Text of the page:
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Ovarian Cancer ranks 4th as the cause of cancer deaths in women in the US, accounting for more deaths than any other gynecologic cancer, having a 5 year survival rate of only 44%. It is imperative that improved approaches to diagnosing ovarian cancers are found, including the identification of applicable molecular markers. The paired-box (PAX) genes encode a family of transcription factors with critical roles in the formation of tissues and organs during embryogenesis. These transcription factors regulate expression of gene products that control cell proliferation and differentiation. Since these processes are also essential to the development of cancer, it follows that PAX genes may participate in the initiation and proliferation of cancer. PAX8, a transcription factor predominately responsible for regulation of gene expression in the thyroid and kidney, has been shown as a highly expressed gene in Wilms’ Tumors and thyroid follicular carcinomas. In recent studies, PAX8 has been linked to ovarian tumors as well. In our study we evaluated PAX8 expression in normal tissue, benign neoplasms, and malignant epithelial tumors of the ovary. Microarray analysis (MA) of mRNA from human ovarian tissues was performed on 65 ovarian samples and 2 cell lines. Gene expression was assessed using Affymetrix Human Genome Focus GeneChip microarrays to characterize differences in gene expression between the three tissue types. Real-Time RT-PCR (qRT-PCR) was used to verify the PAX8 expression patterns demonstrated by microarray data. Additionally, western blotting (WB) and Immunohistochemistry (IHC) were used to visualize the effect of increased transcription on the PAX8 protein complement within representative tissues. MA revealed a consistently higher level of PAX8 expression in the benign and malignant groups when compared to normal ovarian samples. Fold changes of +1.18 and + 3.32 were shown when comparing normal samples to benign and malignant samples respectively. Our validation strategies uphold this observation, with qRT-PCR demonstrating these same trends of expression across tissue types. WB and IHC suggest that the expression patterns of PAX8 in ovarian tissues is translated to the protein component of these tissues, with higher levels in malignant samples as compared to normal and benign ovary. Tumorigenesis is a complex process involving the abnormal expression of many regulatory genes. Our results indicate that the transcriptional regulator PAX8 is intimately involved in the progression of ovarian carcinomas, and is a candidate as a diagnostic biomarker.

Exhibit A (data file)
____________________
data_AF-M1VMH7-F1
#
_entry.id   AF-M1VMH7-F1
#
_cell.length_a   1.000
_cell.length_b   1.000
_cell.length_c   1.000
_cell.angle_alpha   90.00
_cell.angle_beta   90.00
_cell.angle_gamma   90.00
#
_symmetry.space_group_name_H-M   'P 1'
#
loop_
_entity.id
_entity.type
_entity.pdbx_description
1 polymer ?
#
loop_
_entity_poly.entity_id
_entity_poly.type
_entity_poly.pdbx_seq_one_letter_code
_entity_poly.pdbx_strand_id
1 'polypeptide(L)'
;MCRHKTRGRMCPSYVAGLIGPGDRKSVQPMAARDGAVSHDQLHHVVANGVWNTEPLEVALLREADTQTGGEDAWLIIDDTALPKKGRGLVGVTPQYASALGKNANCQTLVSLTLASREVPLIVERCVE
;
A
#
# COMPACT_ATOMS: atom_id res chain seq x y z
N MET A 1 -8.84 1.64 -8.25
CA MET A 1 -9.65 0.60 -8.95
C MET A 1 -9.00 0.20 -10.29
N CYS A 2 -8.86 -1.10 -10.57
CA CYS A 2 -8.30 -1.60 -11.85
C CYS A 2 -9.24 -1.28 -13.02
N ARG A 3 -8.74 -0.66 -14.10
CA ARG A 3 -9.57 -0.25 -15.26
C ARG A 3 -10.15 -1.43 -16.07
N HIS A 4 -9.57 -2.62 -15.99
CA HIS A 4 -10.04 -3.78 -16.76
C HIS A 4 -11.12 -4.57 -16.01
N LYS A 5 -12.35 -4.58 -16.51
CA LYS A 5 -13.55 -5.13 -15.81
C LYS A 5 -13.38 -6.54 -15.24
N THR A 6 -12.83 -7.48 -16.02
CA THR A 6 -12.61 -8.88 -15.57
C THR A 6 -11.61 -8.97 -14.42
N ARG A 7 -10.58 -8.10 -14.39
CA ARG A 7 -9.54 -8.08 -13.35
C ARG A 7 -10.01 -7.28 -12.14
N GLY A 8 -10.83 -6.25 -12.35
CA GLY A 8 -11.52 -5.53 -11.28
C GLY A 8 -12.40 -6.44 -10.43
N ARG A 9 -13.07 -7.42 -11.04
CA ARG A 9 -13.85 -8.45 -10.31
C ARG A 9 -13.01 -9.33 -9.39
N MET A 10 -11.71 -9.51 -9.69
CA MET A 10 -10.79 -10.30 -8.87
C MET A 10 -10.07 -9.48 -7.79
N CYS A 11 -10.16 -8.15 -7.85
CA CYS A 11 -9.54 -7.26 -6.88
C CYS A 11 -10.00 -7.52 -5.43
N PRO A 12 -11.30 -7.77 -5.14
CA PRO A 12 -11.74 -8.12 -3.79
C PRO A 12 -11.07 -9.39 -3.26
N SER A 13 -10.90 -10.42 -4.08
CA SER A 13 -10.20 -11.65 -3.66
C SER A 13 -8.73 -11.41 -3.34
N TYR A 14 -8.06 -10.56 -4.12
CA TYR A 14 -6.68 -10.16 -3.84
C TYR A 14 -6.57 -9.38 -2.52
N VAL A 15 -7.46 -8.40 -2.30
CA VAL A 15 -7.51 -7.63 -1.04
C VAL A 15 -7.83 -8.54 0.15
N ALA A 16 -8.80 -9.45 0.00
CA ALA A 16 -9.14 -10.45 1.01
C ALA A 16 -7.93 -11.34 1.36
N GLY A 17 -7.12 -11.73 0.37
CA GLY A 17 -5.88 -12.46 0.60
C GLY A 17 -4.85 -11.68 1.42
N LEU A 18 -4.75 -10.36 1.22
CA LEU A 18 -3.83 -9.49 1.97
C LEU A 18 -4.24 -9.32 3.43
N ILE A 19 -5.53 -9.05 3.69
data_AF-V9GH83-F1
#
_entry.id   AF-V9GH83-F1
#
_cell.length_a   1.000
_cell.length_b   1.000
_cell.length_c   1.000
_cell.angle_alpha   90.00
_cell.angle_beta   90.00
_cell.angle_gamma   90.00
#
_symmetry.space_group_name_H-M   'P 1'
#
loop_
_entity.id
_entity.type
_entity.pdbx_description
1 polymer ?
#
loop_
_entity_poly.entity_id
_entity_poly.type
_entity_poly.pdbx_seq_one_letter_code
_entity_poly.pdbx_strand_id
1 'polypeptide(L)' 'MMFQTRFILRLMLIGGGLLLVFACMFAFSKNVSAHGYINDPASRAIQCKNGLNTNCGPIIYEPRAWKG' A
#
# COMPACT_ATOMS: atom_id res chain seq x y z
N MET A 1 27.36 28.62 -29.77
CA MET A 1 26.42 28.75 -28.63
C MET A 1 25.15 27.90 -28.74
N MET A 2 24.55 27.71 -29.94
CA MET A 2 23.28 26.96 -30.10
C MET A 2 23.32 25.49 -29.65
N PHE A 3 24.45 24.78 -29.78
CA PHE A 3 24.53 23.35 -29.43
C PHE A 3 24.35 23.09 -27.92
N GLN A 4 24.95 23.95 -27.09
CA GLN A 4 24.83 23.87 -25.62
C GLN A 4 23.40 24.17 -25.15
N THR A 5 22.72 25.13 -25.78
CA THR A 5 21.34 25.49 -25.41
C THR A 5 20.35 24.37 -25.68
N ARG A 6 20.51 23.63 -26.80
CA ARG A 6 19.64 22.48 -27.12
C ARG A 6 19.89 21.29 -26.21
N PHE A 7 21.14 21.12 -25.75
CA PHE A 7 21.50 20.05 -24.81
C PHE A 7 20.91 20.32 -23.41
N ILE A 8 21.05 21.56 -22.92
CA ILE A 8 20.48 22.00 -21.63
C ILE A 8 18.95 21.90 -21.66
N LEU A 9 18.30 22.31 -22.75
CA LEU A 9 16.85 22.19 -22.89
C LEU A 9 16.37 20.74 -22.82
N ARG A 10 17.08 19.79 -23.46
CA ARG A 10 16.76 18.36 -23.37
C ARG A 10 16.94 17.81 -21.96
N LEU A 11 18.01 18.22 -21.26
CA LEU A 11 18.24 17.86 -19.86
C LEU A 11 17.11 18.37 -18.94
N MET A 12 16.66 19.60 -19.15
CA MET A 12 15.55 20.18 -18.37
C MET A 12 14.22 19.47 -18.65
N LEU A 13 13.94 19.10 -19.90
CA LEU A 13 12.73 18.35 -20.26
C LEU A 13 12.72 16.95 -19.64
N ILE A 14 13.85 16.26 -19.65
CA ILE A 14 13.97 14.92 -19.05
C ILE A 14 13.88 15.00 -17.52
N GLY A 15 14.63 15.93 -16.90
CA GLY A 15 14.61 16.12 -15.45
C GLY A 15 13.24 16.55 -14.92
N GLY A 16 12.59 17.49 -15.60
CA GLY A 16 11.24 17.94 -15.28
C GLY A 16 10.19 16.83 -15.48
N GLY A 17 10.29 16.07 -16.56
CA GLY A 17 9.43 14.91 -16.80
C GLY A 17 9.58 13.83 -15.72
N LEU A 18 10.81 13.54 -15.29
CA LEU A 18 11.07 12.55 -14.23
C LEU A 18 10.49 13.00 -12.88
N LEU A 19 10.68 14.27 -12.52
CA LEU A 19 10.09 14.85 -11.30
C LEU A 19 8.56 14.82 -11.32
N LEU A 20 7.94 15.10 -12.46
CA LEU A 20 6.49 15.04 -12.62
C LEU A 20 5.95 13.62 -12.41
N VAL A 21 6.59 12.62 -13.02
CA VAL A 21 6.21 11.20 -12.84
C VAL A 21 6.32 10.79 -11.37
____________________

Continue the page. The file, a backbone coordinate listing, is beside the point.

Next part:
[Proc Amer Assoc Cancer Res, Volume 47, 2006]